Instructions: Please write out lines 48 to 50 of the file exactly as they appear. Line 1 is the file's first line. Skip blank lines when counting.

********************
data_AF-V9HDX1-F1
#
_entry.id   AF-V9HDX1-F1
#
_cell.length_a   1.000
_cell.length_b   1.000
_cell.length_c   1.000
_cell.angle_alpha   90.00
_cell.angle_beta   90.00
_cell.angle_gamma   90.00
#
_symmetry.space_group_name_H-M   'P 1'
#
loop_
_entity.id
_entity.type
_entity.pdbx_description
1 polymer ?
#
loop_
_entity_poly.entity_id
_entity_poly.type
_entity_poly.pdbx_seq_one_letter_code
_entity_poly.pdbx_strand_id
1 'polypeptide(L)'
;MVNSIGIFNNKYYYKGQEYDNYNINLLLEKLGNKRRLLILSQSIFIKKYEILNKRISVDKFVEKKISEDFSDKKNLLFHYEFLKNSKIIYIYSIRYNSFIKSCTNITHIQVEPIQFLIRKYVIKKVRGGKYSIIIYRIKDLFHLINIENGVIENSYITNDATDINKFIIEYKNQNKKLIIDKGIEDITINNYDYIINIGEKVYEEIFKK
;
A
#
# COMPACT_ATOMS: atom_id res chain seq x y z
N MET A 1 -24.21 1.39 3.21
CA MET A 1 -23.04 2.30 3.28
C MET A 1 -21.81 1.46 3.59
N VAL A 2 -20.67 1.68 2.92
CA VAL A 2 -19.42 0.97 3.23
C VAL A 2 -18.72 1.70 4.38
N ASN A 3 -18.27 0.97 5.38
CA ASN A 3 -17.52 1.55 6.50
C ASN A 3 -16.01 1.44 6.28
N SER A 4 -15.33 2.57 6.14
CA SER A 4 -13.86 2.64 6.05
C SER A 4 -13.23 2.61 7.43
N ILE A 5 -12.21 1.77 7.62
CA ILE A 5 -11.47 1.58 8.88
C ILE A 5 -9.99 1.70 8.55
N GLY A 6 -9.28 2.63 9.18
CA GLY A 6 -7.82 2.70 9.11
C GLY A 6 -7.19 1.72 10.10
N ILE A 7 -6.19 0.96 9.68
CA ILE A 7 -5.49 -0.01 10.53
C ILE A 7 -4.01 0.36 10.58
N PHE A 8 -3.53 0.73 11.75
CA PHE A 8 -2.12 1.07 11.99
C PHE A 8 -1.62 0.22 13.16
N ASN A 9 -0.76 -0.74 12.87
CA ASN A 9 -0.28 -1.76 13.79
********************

C GLY A 6 -7.19 1.72 10.10
N ILE A 7 -6.19 0.96 9.68
CA ILE A 7 -5.49 -0.01 10.53